Scientists have successfully mapped the DNA of two types of cancer, promising future treatments that will target the deadly disease.
Research teams, headed up by the Wellcome Trust Sanger Institute, said that it's the first comprehensive analysis of cancer genomes.
Cancers occur from mutations built up over the lifetime of a human being, and the scientists have mapped both a malignant melanoma and a lung cancer. The scientists said that a smoker is likely to acquire one mutation for every 15 cigarettes she or he smokes.
Malignant melanoma is a particularly pernicious form of skin cancer and three out of four skin cancer deaths are caused by it. The melanome genome showed 30,000 mutations that are records of how and when they were acquired during a patient's lifetime.
Professor Mike Stratton, at the Cancer Genome Project at the the Wellcome Trust Sanger Institute explained that these two types of cancer are the most prevalent forms for which scientists know the primary exposure.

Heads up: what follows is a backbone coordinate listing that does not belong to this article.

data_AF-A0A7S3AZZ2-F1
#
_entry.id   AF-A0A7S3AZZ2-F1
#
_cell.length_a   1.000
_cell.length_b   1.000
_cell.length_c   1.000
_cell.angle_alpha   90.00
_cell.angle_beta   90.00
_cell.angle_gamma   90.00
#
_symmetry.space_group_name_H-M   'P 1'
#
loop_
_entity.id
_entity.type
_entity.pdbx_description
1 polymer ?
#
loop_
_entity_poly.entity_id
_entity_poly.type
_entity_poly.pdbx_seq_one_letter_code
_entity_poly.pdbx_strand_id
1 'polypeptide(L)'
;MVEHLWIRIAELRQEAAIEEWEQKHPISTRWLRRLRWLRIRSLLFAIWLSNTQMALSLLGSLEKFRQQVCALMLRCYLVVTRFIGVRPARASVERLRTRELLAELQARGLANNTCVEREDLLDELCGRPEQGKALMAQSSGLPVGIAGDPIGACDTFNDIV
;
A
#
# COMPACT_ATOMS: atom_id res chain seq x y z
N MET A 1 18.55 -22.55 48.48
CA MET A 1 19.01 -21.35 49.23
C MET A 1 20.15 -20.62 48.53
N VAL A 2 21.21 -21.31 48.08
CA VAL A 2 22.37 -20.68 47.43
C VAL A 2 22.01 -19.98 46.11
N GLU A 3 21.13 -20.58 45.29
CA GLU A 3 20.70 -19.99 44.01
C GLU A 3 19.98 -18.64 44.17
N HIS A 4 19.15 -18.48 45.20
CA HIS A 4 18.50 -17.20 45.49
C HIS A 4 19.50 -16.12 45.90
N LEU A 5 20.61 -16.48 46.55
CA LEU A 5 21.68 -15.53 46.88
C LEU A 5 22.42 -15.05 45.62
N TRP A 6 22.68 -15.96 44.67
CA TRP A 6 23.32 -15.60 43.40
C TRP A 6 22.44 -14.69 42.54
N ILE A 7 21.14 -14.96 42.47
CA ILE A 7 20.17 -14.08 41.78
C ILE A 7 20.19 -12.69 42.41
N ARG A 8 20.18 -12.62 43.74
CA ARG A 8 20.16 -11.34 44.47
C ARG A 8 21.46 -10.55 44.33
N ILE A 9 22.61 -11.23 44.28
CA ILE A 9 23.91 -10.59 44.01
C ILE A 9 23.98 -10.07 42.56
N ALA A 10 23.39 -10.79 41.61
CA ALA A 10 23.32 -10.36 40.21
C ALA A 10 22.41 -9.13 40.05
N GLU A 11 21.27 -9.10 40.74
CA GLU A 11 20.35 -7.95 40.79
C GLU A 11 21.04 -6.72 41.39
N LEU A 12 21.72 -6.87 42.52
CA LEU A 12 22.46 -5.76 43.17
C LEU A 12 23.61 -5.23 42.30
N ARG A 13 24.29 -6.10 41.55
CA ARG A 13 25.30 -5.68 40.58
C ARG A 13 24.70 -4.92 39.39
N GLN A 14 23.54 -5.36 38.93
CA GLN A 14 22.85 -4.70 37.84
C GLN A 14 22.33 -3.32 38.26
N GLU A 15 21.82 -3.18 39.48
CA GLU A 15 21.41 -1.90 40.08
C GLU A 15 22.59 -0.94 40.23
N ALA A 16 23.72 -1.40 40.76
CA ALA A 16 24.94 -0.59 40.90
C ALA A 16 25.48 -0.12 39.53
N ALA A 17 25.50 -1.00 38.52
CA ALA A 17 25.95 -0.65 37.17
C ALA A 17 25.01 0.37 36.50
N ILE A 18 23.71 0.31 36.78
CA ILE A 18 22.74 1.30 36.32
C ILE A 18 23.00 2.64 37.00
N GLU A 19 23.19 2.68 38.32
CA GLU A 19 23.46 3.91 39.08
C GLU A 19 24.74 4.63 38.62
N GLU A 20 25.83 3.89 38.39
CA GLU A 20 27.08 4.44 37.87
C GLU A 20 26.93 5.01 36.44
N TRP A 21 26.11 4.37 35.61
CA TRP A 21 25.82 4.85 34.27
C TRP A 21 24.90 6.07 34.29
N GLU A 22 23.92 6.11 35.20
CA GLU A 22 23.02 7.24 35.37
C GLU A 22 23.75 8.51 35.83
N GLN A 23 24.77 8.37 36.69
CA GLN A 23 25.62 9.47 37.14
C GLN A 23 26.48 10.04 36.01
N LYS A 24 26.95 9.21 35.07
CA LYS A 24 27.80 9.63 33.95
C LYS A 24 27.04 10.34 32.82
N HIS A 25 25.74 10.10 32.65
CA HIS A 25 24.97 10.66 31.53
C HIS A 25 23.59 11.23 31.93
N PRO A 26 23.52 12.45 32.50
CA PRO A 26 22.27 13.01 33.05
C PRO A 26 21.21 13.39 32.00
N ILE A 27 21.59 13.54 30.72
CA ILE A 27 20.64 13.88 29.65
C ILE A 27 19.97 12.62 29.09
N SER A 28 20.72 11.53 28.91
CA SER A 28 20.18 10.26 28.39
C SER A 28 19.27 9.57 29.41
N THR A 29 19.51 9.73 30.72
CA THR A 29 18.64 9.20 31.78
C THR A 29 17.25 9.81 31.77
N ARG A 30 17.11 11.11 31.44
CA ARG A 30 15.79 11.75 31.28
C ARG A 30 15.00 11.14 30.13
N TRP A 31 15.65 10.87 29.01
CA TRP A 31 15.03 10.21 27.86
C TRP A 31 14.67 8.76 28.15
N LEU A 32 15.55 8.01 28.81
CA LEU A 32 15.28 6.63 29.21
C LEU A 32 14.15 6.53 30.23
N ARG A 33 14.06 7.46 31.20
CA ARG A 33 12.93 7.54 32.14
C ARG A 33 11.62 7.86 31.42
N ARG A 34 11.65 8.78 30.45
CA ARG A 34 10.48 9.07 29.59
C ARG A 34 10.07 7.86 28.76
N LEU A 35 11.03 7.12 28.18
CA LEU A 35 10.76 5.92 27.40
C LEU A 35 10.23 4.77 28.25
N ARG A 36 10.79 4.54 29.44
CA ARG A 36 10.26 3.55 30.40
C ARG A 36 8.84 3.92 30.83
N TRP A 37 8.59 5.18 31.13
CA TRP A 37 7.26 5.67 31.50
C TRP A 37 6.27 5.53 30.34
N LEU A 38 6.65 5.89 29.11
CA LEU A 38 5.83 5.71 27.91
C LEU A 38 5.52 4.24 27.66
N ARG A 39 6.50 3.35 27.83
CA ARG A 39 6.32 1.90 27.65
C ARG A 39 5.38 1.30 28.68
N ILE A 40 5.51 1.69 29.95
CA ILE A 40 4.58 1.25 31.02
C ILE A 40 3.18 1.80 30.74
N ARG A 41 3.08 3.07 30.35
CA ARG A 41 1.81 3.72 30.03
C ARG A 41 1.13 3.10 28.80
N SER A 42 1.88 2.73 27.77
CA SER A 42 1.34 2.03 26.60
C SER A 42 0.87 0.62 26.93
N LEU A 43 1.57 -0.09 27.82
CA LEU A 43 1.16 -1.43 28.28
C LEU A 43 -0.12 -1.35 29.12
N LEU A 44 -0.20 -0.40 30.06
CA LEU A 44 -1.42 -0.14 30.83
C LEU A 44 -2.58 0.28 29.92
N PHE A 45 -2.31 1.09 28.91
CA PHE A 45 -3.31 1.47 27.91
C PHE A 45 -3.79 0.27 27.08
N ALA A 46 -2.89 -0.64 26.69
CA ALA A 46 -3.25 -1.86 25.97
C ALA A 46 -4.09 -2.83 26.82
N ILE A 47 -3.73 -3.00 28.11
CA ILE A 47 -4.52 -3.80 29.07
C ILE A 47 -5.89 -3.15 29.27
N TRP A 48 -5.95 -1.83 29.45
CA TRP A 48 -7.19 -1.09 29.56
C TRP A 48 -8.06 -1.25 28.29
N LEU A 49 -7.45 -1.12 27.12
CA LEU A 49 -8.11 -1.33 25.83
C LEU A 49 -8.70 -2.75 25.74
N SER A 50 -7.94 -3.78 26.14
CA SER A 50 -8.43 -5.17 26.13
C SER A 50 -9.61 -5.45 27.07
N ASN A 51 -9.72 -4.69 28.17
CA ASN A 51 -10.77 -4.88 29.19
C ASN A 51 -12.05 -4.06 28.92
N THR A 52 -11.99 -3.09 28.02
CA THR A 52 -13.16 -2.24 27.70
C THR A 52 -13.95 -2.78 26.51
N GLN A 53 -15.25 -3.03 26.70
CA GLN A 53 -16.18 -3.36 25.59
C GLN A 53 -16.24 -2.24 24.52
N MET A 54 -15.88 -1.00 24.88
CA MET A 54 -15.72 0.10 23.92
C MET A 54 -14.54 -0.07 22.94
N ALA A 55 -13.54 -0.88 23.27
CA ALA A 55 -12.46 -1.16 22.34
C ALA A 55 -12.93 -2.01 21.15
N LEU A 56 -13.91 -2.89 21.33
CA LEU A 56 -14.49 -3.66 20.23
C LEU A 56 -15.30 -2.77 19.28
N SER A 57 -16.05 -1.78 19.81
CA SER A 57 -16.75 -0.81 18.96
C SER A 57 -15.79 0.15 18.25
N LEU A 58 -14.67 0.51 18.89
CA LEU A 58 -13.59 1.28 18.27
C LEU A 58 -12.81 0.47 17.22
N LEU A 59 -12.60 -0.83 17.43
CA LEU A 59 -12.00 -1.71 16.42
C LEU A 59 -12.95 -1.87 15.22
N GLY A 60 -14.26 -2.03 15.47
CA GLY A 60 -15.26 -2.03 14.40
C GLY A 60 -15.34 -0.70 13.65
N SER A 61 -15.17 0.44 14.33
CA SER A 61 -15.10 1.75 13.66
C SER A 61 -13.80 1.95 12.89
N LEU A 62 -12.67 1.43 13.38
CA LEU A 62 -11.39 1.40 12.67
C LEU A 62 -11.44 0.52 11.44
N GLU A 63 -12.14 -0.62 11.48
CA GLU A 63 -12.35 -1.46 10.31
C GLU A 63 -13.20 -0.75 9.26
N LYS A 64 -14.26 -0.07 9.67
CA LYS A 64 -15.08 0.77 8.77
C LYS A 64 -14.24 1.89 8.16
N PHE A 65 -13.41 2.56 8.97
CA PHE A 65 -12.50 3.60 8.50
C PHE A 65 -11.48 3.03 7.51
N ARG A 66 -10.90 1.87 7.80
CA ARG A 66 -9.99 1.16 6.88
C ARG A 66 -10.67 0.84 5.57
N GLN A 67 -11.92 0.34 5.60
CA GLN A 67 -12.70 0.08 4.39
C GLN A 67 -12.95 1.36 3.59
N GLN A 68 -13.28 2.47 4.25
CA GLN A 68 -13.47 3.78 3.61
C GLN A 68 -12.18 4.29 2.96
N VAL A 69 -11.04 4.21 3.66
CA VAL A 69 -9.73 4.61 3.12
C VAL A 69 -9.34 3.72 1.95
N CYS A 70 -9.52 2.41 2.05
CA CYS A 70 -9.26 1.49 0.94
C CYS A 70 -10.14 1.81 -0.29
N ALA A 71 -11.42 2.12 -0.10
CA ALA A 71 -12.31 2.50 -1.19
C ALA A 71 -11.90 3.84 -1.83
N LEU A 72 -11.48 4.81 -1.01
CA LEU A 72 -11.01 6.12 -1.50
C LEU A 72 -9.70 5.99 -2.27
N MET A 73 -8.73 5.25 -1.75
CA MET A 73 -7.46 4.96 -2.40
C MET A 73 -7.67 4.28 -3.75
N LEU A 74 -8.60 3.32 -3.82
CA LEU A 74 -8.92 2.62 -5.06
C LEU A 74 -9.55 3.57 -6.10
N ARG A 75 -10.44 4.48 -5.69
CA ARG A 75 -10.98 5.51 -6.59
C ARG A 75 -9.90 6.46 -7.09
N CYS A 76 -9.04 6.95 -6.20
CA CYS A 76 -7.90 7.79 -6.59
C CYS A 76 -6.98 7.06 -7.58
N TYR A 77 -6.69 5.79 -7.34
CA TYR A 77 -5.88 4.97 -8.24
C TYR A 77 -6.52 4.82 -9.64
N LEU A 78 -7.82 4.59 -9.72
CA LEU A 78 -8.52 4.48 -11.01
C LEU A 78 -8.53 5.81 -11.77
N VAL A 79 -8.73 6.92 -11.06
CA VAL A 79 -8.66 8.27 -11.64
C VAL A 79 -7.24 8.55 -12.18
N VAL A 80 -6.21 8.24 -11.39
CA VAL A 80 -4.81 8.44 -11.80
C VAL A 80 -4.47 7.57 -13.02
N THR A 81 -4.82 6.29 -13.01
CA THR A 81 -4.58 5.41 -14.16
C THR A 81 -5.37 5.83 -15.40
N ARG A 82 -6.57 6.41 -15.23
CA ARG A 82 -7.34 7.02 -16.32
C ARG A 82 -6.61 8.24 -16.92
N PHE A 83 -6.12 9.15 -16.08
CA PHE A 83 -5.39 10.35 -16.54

He said: "For lung cancer, it is cigarette smoke and for malignant melanoma it is exposure to sunlight. With these genome sequences we have been able to explore deep into the past of each tumor, uncovering with remarkable clarity the imprints of these environmental mutagens on DNA, which occurred years before the tumor became apparent."
The human genome, he continued, desperately attempts to defend itself against the damage caused by the chemicals in cigarette smoke and ultraviolet radiation. "Our cells fight back furiously to repair the damage, but frequently lose that fight."
The lung cancer genome had over 23,000 mutations and the melanoma 33,000. Dr Peter Campbell from the Wellcome Trust Sanger Institute said: "The knowedge we extract over the next few years will have major implications for treatment. By identifying all the cancer genes, we will be able to develop new drugs that target the specific mutated genes and work out which patients will benefit from these novel treatments," he said.